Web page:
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Expert Rev Clin Immunol. 2008 Jul 1;4(4):497-514.

Innate immunity to influenza virus: implications for future therapy.

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  • 1Boston University School of Medicine, Department of Medicine, EBRC 414, 650 Albany Street, Boston, MA, USA mitchw@bu.edu.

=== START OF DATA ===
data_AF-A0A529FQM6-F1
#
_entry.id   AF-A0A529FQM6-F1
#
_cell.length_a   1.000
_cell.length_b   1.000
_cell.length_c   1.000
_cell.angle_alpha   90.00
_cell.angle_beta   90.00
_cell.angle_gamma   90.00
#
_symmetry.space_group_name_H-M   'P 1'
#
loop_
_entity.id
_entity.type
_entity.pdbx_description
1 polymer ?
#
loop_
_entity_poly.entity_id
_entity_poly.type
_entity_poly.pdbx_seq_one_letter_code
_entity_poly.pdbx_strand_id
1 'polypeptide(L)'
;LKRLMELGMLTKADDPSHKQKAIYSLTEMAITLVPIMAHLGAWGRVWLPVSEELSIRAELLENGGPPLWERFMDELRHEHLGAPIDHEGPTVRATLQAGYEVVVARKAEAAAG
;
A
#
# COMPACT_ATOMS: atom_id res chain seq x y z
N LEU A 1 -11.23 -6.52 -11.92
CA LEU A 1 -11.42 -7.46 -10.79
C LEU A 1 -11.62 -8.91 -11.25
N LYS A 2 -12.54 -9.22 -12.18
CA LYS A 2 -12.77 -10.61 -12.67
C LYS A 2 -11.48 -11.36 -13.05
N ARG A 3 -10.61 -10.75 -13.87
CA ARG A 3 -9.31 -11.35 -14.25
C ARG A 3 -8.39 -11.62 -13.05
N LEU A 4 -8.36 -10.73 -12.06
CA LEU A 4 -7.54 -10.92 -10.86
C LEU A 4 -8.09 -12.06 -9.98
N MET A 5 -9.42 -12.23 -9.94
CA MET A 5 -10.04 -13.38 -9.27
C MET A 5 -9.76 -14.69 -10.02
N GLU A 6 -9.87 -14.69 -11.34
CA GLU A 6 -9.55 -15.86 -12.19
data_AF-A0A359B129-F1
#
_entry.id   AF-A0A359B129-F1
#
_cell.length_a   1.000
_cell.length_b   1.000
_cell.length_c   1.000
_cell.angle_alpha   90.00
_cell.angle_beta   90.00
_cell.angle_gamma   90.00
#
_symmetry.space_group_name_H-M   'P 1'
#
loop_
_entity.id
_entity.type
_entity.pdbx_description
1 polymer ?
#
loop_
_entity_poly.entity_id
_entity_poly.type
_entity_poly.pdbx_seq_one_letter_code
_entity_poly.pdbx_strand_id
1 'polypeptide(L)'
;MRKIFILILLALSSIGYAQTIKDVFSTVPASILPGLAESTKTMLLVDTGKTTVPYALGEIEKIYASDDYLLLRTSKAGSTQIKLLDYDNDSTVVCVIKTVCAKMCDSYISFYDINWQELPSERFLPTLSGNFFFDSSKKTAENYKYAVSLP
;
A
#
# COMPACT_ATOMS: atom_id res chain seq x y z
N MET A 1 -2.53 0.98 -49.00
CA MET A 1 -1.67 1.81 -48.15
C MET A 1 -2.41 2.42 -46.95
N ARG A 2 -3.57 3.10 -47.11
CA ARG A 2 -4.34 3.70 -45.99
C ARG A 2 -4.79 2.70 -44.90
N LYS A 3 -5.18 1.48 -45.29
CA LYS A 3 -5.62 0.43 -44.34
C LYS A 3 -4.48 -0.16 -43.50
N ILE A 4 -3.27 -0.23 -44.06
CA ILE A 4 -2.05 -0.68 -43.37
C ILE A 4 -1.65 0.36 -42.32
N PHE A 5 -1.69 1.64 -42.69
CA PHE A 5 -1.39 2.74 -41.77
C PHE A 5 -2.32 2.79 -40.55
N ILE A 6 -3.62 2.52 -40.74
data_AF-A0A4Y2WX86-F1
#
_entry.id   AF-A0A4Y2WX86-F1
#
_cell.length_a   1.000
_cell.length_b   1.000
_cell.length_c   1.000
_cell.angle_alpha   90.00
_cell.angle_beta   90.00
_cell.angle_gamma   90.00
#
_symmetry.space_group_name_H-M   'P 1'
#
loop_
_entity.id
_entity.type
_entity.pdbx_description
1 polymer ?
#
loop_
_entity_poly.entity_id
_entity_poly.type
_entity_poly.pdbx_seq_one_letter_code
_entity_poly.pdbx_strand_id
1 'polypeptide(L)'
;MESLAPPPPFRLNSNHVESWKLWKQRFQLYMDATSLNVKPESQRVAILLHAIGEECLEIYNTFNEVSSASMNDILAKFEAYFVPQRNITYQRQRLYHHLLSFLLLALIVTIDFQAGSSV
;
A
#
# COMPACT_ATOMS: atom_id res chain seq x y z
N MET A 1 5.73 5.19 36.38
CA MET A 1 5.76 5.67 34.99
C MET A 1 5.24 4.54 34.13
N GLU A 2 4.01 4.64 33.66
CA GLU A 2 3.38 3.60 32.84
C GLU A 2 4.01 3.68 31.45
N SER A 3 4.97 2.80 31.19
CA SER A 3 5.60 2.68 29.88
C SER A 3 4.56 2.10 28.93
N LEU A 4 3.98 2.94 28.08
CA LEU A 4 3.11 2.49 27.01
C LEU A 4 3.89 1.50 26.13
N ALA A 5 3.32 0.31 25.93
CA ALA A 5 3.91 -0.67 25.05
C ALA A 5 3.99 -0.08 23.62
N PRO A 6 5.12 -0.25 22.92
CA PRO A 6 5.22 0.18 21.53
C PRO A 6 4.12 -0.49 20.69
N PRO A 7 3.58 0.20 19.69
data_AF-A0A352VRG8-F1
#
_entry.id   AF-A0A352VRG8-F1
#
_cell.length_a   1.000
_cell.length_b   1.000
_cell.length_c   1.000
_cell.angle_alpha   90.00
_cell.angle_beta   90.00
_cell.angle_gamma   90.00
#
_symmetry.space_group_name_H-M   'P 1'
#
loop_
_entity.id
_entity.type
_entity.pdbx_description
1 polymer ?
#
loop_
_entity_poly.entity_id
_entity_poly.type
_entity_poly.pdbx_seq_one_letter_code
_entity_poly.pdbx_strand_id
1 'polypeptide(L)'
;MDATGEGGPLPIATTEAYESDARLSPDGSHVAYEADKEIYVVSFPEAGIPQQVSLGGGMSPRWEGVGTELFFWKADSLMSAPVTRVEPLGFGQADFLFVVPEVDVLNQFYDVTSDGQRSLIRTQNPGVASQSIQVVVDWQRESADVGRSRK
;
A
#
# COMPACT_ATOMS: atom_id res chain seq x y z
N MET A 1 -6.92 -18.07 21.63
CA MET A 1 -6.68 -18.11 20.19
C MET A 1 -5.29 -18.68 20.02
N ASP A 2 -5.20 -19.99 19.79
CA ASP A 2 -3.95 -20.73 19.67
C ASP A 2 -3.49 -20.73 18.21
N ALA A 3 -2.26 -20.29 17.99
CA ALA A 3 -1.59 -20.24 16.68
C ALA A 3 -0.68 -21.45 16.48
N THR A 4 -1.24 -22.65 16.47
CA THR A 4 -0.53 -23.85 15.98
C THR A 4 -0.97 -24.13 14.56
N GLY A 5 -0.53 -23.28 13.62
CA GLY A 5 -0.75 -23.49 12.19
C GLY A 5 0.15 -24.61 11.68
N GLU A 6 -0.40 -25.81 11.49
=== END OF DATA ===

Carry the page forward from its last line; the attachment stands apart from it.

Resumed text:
Innate immunity is critical in the early containment of influenza virus infection. The innate response is surprisingly complex. A variety of soluble innate inhibitors in respiratory secretions provide an initial barrier to infection. Dendritic cells, phagocytes and natural killer cells mediate viral clearance and promote further innate and adaptive responses. Toll-like receptors 3 and 7 and cytoplasmic RNA sensors are critical for activating these responses. In general, the innate response restricts viral replication without injuring the lung; however, the 1918 pandemic and H5N1 strains cause more profound, possibly harmful, innate responses. In this review, we discuss the implications of burgeoning knowledge of innate immunity for therapy of influenza.

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